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In PHP I am using PDO to interact with databases. One procedure that commonly takes place consists of multiple queries (several SELECT and UPDATE). This works most of the time, but occasionally the data becomes corrupt where two (or more) instances of the procedure run concurrently.

What is the best way to work around this issue? Ideally I would like a solution which works with the majority of PDO drivers.

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Is this a stored procedure in the database? or do you mean two instances of a PHP script doing the same operations? –  Marc B Jun 22 '11 at 4:24
    
@Marc B, Everything is PHP side, there are no stored procedures at all. –  Lea Hayes Jun 22 '11 at 12:57
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1 Answer 1

up vote 4 down vote accepted

Assuming your database back end supports transactions (mysql with InnoDB, Postgres, etc), then simply wrapping the operation in question in a transaction will solve the problem. If one instance of the script is in the middle of the transaction when the second scripts attempts to start it, then the second script's database changes will be queued up and not be attempted until the first transaction completes. This means the database will always be in a valid state provided the transaction starting and committing logic is implemented correctly.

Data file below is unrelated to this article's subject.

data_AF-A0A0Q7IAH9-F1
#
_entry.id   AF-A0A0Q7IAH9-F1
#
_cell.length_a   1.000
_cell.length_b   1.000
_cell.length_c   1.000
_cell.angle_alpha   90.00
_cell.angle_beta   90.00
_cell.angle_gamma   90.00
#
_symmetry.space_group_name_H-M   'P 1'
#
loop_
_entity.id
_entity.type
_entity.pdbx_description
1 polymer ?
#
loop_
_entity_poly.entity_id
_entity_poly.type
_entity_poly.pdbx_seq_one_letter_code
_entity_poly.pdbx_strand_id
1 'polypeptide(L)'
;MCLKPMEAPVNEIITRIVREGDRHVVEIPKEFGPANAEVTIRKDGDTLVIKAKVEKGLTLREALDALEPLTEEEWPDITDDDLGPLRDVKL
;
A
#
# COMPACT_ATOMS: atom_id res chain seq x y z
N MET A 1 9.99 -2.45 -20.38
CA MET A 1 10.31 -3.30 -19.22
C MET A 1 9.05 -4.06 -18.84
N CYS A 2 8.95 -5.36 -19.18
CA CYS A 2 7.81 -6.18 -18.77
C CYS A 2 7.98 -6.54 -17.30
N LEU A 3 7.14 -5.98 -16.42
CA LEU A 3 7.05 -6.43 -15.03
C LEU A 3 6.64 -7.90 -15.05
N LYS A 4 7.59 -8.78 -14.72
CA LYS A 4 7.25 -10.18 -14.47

if ($inTransaction = $pdo -> beginTransaction ())
{
    // Do your selects and updates here. Try to keep this section as short as possible though, as you don't want to keep other pending transactions waiting
    if ($condition_for_success_met)
    {
        $pdo -> commit ();
    }
    else
    {
        $pdo -> rollback ();
    }
}
else
{
    // Couldn't start a transaction. Handle error here
}
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Thanks, Do transactions lock the PHP process? The script has to run the transaction and then do something else once it has finished? –  Lea Hayes Jun 22 '11 at 12:56
    
is there a way to do if ($pdo->supportsTransactions()) before attempting to initiate one? –  Lea Hayes Jun 22 '11 at 13:03
    
it seems as though this has fixed the issue. I am still interested in the above questions though. Thanks !! –  Lea Hayes Jun 22 '11 at 13:18
    
Transactions are handled by the database so they should have no effect on your script. In fact it should improve concurrency because other scripts can continue reading from the database while this one is making changes. There is no supportsTransaction method, but beginTransaction throws a PDOException if the driver doesn't support them so you can catch it and handle the situation as you see fit. Be warned though: MySQL will allow you to start a transaction on MyISAM tables even though MyISAM doesn't support transactions! –  GordonM Jun 22 '11 at 15:10
    
thanks for the heads up. I wasn't aware of this being a limitation of MyISAM. My server is actually running InnoDB so this isn't too much of an issue for me. –  Lea Hayes Jun 23 '11 at 1:06
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